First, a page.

The New Home Office: An Introduction. Waterside Press. Pp. 148–149. ISBN 978-1-904380-49-8. Home Office website
2 Marsham Street
2 Marsham Street is an office building on Marsham Street in the City of Westminster and has been the headquarters of the Home Office, a department of the British Government, since March 2005. Before this date the Home Office was located at 50 Queen Anne's Gate, it has housed the headquarters of the Department for Environment and Rural Affairs since 2018. The site was occupied by the Departments of Environment and Transport; the headquarters offices of both departments were located in Marsham Towers - three 20-floor concrete towers joined together by'podium' floors to level 3. The towers won an architectural award and boasted express lifts, marble entrances and escalators to the 3rd floor - modern government offices for the early 1970s. Construction had started in the early 1960s but was completed in 1971 and became the office of the new Department of Environment created in October 1970; the towers were considered by some to be a blot on London’s landscape and were subsequently nicknamed "the three ugly sisters" and "the toast rack".
Michael Heseltine, the Secretary of State for the Environment in the late 1970s and early 1980s said that the building offered the best view of London – because one could not see the towers from his north-facing 16th floor North tower office. Chris Patten called the complex "a building that depresses the spirit"; the last government staff occupied the building in the late 1990s. The building was declared unfit for future use and the towers were demolished in 2003 to make way for the new building into which the Home Office moved in 2005. Prior to the'ugly sisters' epoch, from about 1818, the site housed the Chartered Gas Works of the Westminster Gas Light and Coke Company, as well as a laundry yard. Soon after the building opened in 2005, agencies of the Home Office like Her Majesty's Passport Office and the Advisory Council on the Misuse of Drugs began moving to new offices. Since August 2014 to autumn 2018, building has been home to the Department for Communities and Local Government, the Homes and Communities Agency and the Building Regulations Advisory Committee.
In 2018, the Department for Environment and Rural Affairs relocated to 2 Marsham Street. In 2018, the Homes England moved to Windsor House. Designed by Terry Farrell, the new building was financed through the private finance initiative model with French construction firm Bouygues as contractor, it was completed within 24 months. The cost of £311 million will be spread over 29 years and will be met by the issue of bonds; the site is made up of three buildings, designated Seacole and Fry. They are named after Mary Seacole, Robert Peel and Elizabeth Fry, figures who had significant impacts in areas within the Home Office's responsibility; the buildings are connected by a bridge from the 1st to the 4th floors, forming part of a corridor that runs the whole length of the building. Staff call this corridor'The Street'. During design, the emphasis was on creating a building with a community feel. To that end, the open-plan offices are well lit, situated around three central atria and overlooking turfed'pocket parks'.
The building has been constructed to be energy efficient and to fall well within government energy-expenditure targets. The approachable effect of the building is enhanced by art-work by Liam Gillick who used coloured glass to change the feel of the building depending on the light conditions; the site contains 800,000 sq ft of office space. Part of the old Marsham Towers site was turned over to blocks of residential flats and restaurants behind the new Home Office building. Since its completion in early 2005, 2 Marsham Street has been well received by the architectural community, winning a RIBA Award for Architecture, a Leading European Architects Forum and MIPIM 2006 Awards. Giles Worsley, architecture critic of The Daily Telegraph, called the building "a triumph of urban repair"; the contractor's provision of the building within the time-frame required has been praised. The Home Secretary at the time of the building's completion, Charles Clarke, has stated "By moving to a newer, more efficient headquarters, the Home Office will save taxpayers around £95m.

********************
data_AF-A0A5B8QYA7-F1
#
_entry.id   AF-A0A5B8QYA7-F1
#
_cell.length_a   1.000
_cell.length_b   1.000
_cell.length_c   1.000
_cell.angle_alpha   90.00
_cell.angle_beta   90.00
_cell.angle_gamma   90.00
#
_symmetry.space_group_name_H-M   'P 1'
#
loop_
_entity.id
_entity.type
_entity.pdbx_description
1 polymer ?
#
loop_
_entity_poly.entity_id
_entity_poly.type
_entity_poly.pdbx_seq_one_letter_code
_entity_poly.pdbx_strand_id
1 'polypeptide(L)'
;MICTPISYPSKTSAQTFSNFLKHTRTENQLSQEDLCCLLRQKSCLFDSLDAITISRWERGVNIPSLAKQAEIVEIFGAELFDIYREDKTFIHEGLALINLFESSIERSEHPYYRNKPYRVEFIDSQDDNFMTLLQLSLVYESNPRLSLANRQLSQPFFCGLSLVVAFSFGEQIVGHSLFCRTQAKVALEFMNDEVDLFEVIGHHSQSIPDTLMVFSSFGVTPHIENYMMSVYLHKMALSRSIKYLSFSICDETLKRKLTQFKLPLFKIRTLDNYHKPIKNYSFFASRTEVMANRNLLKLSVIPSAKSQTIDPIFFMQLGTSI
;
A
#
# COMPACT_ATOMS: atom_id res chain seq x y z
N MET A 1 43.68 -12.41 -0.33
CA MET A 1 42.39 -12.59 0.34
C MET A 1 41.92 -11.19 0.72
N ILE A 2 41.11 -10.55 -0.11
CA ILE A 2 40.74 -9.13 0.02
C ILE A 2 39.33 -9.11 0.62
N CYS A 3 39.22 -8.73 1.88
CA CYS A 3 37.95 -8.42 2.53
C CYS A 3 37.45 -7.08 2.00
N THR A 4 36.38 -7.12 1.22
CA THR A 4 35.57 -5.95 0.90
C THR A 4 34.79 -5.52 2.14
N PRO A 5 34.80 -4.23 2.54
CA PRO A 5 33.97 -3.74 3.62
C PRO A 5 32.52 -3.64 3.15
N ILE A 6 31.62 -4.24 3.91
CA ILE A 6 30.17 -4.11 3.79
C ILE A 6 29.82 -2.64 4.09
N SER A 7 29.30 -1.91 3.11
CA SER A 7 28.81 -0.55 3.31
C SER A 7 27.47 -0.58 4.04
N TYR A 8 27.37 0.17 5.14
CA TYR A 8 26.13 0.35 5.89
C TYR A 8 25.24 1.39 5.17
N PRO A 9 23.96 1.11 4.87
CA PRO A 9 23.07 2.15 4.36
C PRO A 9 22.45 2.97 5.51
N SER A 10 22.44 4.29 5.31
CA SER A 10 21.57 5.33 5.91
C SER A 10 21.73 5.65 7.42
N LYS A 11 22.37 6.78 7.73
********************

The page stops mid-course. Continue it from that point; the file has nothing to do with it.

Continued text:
This will contribute to the Home Office's programme to save £1.97bn so that we can target more money at front line services like policing and border control." National Audit Office report on 2 Marsham Street
HM Passport Office
Her Majesty's Passport Office is a division of the Home Office in the United Kingdom. It provides passports for British nationals worldwide and was formed on 1 April 2006 as the Identity and Passport Service, although the Passport Office had been its previous name; the General Register Office for England and Wales became a subsidiary of HMPO on 1 April 2008, produces life event certificates such as birth, death and civil partnerships. HMPO's headquarters is co-located with the Home Office at 2 Marsham Street and it has seven regional offices around the UK, in London, Belfast, Liverpool and Durham as well as an extensive nationwide interview office network as all first time adult passport applicants are required to attend an interview to verify their identity as a fraud prevention measure; the Identity and Passport Service was established on 1 April 2006, following the passing of the Identity Cards Act 2006 which merged the UK Passport Service with the Home Office's Identity Cards programme to form the new executive agency.
In 2007, the ninety British diplomatic missions that issued passports were consolidated into seven regional passport processing centres based in Düsseldorf, Hong Kong, Paris, Washington, D. C. and Wellington with an additional centre in Dublin. The Identity Documents Act 2010 repealed the Identity Cards Act 2006, required the cancellation of all identity cards and the destruction of all data held. On 1 April 2011 responsibility for British passports issued overseas passed from the Foreign and Commonwealth Office to IPS; the printing of passports issued overseas had been done in the UK since August 2011 and the administrative work performed at these RPPCs was repatriated to the UK during the 2013-14 financial year. From April 2014 all British nationals based overseas had to apply for their passports directly to the UK; the Identity and Passport Service was renamed HM Passport Office on 13 May 2013 in an effort to reflect the agency's departure from its association with the scrapped National Identity Register and ID cards.